Podcast 52: Waste Not----Compost! With Chief Seedleafer Ryan Koch

Chef Ouita gets her wish to spend an entire radio hour with Seedleaf founder Ryan Koch. As he describes the history of Seedleaf and his hope at the outset that gardening could be useful to people experiencing homelessness or mental illness, Chef Ouita jumps in to say this:

That's something that gardening and cooking have in common. A lot of times if you're feeling really stressed or isolated . . . when I'm really not on top of my game, if I take time and go in the kitchen and just cook and not worry about stuff, then everything starts to fall back into place . . . Allows you to sort the information out in your head. Gardening? Even more so. 

Ryan says he grew up in suburban California, "blissfully unaware of where our food comes from." Kentucky inspirations included Wendell Berry and Three Springs Farm co-founder David Wagner, pointed the way toward gardening's goodness.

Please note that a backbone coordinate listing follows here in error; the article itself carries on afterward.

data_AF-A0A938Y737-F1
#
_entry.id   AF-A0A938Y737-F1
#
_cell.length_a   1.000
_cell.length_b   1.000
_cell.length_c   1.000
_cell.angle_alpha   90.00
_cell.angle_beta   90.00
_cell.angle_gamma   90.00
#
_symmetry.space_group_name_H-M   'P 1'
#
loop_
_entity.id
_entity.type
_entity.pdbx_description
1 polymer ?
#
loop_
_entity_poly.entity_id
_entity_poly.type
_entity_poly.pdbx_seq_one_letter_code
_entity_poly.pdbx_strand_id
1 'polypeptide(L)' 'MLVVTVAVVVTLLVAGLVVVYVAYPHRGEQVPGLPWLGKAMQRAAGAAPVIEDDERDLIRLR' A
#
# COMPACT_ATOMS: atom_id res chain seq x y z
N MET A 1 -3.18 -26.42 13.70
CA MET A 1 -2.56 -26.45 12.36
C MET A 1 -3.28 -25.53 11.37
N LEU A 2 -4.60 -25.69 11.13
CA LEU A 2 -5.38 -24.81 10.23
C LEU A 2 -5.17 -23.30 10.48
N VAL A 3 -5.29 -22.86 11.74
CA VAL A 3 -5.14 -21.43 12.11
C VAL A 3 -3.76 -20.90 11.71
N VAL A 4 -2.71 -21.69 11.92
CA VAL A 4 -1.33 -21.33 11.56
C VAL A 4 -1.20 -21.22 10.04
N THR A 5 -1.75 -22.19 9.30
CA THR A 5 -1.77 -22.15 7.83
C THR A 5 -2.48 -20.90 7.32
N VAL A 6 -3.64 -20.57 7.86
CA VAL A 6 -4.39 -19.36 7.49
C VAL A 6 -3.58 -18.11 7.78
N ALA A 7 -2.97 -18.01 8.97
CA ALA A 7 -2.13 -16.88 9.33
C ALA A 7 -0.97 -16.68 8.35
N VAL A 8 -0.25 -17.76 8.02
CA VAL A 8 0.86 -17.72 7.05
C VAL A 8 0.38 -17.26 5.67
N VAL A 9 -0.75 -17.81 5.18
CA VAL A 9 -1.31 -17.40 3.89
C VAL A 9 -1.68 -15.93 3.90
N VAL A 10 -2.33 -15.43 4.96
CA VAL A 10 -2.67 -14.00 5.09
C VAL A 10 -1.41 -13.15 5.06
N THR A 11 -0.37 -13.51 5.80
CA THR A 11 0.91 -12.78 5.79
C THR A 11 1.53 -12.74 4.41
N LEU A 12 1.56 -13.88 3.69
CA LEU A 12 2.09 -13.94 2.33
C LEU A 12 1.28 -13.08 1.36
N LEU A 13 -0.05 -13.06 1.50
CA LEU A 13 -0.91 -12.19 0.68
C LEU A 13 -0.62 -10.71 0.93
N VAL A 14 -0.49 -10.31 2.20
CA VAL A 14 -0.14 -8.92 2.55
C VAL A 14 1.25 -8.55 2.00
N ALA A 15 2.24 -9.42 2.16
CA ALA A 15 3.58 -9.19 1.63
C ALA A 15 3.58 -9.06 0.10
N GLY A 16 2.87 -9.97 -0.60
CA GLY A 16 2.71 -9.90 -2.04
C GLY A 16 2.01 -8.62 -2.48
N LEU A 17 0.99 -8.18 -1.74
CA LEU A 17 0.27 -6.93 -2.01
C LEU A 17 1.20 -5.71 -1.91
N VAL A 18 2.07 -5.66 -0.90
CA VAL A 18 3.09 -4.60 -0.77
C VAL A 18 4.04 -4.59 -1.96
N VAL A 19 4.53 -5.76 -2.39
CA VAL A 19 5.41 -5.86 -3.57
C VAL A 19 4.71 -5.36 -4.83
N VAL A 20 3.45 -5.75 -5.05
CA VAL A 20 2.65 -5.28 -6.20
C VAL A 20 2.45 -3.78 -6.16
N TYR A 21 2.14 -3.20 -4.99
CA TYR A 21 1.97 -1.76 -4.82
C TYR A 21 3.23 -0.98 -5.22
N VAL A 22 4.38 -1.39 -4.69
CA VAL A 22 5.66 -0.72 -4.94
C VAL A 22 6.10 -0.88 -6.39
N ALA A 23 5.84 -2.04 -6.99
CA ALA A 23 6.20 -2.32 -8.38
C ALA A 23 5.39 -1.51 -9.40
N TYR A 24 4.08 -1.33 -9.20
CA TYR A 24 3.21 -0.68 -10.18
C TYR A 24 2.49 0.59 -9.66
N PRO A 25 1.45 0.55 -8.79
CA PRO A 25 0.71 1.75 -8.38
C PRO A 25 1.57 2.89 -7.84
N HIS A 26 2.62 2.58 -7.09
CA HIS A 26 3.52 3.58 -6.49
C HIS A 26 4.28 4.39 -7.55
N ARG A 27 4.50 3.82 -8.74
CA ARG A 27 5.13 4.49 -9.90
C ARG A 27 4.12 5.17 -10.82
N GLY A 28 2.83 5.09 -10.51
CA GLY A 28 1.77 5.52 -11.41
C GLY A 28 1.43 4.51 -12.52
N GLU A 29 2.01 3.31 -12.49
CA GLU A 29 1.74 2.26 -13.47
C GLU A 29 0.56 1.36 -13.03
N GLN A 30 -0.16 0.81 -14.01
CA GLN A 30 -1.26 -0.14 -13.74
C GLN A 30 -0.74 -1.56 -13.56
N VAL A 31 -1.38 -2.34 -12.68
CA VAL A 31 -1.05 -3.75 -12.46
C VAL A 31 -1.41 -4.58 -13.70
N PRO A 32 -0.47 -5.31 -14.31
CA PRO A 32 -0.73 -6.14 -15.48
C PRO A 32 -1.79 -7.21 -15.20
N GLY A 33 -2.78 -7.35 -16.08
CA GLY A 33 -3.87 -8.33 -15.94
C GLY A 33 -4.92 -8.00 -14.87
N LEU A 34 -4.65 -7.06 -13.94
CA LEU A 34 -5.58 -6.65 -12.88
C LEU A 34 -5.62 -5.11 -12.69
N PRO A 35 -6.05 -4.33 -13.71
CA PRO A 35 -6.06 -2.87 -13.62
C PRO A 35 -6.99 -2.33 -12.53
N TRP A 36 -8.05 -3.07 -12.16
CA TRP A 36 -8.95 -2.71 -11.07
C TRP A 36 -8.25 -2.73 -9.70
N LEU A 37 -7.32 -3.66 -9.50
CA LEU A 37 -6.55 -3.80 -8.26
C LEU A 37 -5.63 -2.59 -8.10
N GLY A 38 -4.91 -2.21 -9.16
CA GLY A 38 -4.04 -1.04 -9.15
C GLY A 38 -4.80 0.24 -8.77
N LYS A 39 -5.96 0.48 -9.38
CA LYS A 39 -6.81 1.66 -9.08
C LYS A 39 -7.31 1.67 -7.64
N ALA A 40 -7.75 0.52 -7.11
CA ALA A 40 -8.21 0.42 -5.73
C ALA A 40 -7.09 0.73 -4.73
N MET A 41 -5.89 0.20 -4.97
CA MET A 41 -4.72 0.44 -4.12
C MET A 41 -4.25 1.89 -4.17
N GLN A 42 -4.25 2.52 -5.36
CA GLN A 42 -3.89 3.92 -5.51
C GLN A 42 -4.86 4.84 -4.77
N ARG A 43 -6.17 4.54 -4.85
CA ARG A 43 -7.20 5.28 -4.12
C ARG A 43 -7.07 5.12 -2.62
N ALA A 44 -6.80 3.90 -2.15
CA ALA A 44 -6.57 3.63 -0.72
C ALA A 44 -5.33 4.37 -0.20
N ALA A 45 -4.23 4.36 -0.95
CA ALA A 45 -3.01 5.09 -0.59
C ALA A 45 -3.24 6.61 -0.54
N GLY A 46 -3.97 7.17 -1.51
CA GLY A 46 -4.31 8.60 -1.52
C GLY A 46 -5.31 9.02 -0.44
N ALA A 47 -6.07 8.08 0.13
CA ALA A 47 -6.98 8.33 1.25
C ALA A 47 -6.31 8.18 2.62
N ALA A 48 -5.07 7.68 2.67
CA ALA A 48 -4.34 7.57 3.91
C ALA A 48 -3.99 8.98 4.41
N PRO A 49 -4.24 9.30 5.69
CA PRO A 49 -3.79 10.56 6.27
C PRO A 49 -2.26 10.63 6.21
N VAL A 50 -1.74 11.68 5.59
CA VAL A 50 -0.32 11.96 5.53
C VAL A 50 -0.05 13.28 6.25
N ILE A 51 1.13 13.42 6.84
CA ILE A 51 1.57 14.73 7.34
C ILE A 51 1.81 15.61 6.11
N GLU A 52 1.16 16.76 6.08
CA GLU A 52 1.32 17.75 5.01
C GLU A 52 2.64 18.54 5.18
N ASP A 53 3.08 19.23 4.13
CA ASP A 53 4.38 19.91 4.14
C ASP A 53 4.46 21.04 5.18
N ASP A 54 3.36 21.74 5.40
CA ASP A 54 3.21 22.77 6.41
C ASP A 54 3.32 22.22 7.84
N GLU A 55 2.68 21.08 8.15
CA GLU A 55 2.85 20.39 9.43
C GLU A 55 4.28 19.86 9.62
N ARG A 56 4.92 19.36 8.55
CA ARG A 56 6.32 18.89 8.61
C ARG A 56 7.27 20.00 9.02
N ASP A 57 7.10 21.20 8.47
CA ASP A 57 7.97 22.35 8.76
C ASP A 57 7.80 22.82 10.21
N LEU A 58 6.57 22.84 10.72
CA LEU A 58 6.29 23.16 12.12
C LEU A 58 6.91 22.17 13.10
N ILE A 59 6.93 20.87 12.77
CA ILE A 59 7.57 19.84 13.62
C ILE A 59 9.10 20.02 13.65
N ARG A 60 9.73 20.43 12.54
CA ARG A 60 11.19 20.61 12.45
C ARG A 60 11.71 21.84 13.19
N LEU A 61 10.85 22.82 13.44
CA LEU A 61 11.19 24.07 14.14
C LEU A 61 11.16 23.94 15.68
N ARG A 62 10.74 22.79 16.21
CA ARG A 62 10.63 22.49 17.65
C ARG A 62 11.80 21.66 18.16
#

As Seedleaf's 15 gardens face cooler weather, Chef Ouita's question about what this year's most popular garden harvest evokes an unexpected response: sweet potato vines and leaves, with some pumpkin leaves thrown in. And Chef Ouita promises a recipe for Kentucky chow-chow, a pickly relish that uses ingredients that are plentiful right now.

Ryan describes Seedleaf's history as a serious force for composting, aka "waste as a resource." Starting in 2009 with 10 restaurants willing to have their pre-consumer waste picked up and composted, Seedleaf now has 35 compost partners. Instead of sending food scraps packaged inside plastic bags to landfills, where these scraps produce methane, these same foods, once composted, can build soil health.

Composting forever, people! Be like Ryan Koch and Seedleaf.

 

 

 

Rona RobertsComment